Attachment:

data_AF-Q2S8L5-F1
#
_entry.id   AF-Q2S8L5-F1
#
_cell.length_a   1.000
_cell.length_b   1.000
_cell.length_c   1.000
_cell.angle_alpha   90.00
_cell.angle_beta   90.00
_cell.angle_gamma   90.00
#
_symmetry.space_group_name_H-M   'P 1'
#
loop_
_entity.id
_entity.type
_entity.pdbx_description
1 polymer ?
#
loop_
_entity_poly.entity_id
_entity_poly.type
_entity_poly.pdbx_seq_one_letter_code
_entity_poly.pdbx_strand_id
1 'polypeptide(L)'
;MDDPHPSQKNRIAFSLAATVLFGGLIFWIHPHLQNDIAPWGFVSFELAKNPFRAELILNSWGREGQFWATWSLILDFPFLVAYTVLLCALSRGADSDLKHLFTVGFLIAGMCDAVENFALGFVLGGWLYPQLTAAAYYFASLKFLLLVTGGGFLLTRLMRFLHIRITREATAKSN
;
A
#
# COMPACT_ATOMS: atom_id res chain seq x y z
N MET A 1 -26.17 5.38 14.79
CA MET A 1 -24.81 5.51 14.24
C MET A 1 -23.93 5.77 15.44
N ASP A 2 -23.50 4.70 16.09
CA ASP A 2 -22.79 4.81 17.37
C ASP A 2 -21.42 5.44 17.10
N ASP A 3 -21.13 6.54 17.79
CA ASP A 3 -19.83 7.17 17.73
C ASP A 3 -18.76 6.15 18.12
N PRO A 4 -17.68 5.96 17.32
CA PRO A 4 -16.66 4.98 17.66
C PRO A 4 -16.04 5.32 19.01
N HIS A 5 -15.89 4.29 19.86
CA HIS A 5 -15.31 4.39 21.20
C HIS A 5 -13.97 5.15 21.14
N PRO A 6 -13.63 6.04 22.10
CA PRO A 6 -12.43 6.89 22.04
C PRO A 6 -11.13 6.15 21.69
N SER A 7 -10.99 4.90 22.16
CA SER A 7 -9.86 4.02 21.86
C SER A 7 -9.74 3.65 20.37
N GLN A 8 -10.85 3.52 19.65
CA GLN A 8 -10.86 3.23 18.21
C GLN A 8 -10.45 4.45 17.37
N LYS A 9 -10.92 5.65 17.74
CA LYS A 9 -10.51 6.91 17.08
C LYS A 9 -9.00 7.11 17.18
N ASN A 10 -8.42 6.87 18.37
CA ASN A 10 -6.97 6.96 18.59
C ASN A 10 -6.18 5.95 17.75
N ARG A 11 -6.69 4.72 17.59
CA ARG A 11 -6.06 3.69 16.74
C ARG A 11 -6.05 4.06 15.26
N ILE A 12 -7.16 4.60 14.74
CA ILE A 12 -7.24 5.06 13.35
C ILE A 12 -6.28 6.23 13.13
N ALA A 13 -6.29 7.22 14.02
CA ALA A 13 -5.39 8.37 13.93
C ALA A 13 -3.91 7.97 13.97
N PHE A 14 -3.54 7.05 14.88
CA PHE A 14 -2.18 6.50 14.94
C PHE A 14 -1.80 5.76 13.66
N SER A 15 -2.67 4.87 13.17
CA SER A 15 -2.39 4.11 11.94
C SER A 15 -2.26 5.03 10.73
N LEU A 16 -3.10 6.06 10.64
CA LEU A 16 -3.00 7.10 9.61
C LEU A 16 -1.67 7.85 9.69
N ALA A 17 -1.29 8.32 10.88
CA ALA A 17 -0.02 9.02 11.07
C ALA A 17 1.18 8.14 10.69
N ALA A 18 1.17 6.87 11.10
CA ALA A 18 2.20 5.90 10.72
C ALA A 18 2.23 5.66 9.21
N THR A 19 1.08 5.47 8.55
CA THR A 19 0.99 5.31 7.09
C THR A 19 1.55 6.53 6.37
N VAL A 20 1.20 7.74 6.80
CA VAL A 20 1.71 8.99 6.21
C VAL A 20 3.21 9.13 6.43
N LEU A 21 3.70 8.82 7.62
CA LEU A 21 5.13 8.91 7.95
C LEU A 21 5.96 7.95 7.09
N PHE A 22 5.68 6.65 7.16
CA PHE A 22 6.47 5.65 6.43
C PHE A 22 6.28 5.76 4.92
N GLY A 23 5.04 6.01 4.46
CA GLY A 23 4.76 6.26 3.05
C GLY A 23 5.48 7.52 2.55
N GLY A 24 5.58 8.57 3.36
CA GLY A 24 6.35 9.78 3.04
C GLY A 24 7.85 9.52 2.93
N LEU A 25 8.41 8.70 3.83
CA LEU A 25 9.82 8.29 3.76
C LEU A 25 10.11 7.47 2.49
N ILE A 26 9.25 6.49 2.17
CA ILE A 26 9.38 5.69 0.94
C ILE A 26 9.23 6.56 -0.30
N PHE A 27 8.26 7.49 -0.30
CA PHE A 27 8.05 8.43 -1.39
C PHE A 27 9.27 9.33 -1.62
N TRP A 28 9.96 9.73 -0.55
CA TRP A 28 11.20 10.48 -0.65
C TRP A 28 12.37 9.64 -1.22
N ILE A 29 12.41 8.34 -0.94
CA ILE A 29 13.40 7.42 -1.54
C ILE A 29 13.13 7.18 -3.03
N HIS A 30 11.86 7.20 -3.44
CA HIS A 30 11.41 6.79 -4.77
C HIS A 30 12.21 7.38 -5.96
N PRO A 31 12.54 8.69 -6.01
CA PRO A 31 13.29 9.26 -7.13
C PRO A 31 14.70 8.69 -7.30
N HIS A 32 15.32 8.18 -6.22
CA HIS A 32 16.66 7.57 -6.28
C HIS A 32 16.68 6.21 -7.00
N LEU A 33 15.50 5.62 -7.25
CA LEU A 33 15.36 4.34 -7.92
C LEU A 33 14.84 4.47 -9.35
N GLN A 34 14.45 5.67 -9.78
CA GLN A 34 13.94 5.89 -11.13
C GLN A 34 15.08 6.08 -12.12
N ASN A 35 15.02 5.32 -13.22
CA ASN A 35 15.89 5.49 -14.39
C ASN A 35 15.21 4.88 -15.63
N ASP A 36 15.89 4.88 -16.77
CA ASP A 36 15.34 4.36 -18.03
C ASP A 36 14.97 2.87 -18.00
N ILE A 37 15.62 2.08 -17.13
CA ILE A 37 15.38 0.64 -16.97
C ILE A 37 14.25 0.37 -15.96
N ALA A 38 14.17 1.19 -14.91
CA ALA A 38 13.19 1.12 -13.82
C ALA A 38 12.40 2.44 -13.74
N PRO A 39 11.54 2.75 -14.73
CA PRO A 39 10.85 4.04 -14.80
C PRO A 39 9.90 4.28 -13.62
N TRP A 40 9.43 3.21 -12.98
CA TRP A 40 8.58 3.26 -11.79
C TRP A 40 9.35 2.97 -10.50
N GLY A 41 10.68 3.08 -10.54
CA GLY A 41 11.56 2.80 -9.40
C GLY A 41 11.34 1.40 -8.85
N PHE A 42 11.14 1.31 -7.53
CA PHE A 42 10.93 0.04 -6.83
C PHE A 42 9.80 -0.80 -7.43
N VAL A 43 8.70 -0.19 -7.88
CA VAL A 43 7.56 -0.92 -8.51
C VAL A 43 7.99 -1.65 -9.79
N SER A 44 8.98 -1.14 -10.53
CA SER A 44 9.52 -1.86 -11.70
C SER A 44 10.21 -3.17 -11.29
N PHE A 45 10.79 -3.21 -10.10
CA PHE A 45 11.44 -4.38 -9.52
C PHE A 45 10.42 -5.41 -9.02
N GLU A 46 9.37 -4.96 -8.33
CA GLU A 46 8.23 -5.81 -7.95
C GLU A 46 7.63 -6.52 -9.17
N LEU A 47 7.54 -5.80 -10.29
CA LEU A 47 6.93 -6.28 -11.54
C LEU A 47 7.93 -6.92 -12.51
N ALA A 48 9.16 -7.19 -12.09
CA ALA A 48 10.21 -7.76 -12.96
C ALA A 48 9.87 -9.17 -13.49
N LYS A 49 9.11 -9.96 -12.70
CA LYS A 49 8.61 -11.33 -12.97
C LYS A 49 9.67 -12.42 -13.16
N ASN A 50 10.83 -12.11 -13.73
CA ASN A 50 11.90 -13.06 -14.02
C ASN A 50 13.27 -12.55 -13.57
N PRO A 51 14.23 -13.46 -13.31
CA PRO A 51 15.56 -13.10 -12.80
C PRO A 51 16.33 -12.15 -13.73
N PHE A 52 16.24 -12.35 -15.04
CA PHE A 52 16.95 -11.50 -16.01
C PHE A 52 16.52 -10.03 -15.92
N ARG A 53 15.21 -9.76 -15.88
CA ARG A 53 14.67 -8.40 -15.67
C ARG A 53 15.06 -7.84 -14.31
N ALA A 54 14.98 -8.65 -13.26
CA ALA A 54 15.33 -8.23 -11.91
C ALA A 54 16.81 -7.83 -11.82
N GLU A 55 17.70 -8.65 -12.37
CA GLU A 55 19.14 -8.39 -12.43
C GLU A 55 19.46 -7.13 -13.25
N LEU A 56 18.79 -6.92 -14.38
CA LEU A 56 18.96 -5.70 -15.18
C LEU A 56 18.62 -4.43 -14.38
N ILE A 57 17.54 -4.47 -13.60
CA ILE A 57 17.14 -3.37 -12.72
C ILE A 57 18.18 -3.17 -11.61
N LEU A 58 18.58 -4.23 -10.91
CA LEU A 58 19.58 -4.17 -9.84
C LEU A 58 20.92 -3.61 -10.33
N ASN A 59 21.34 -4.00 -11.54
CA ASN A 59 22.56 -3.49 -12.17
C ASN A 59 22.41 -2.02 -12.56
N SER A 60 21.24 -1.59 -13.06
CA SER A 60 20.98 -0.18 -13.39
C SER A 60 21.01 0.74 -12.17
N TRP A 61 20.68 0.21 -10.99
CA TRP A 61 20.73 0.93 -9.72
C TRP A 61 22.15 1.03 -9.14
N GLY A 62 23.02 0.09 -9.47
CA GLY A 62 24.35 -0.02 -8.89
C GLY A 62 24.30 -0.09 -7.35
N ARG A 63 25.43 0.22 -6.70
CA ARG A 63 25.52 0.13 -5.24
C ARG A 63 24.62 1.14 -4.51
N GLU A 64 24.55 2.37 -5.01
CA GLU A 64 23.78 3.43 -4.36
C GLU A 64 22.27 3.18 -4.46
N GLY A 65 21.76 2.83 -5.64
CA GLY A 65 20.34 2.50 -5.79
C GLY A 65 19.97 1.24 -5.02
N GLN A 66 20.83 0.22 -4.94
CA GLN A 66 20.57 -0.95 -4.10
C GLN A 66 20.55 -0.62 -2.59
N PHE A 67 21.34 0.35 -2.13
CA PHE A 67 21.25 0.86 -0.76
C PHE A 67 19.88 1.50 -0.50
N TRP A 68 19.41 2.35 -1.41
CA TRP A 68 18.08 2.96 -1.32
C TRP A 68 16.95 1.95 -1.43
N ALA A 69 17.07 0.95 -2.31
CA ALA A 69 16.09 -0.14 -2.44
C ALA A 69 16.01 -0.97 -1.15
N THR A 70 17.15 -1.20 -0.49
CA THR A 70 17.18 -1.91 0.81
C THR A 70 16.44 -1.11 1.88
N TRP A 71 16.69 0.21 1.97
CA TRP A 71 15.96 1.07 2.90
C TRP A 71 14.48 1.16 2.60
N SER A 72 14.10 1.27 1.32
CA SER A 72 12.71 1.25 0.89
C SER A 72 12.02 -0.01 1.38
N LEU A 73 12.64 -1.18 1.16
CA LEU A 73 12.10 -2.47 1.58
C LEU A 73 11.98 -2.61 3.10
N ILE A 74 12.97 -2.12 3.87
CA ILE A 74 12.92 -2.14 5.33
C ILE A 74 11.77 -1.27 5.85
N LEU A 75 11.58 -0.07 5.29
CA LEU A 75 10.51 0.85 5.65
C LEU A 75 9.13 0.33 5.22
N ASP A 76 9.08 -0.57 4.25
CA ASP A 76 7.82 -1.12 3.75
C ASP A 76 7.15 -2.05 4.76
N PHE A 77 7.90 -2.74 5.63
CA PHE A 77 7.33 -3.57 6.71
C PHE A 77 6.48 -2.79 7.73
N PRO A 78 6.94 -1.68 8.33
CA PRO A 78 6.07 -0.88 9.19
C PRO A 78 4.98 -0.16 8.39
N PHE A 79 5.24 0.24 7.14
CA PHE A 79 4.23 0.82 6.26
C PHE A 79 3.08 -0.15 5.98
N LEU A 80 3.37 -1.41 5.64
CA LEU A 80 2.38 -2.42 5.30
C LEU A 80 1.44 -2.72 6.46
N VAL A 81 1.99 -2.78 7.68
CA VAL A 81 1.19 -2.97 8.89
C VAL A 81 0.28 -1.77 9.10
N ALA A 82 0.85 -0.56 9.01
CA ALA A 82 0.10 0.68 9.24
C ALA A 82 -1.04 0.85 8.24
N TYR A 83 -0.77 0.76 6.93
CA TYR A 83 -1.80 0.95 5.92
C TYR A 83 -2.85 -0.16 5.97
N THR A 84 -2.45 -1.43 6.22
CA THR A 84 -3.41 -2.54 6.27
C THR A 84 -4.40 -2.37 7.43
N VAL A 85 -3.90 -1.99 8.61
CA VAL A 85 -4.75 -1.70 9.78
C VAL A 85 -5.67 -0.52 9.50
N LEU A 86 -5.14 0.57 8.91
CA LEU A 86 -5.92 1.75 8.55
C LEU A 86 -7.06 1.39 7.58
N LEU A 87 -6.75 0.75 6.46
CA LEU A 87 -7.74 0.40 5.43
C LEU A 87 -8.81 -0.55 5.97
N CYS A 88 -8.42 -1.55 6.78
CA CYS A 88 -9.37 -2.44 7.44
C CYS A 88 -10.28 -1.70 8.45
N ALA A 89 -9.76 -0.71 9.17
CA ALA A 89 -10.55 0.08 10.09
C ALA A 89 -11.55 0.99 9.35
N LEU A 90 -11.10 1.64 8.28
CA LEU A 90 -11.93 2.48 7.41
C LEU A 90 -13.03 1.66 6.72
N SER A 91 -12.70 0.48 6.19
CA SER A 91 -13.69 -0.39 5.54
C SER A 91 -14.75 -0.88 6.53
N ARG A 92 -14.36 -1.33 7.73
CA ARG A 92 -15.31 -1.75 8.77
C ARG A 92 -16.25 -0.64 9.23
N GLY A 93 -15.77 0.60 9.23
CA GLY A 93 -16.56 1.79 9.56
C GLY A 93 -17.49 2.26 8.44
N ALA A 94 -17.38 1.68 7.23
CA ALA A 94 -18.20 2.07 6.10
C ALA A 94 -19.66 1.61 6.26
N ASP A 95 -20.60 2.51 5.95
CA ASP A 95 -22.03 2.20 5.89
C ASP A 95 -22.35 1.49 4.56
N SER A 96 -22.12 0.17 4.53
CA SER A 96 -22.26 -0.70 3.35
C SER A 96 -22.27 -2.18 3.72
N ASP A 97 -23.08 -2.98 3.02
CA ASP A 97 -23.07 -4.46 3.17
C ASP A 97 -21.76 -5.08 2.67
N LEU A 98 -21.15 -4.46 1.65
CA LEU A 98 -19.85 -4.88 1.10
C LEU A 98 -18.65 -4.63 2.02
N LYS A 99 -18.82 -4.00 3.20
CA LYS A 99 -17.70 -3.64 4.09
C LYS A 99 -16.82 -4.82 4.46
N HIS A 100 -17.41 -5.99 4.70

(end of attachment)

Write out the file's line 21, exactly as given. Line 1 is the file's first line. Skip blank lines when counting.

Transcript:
_entity_poly.entity_id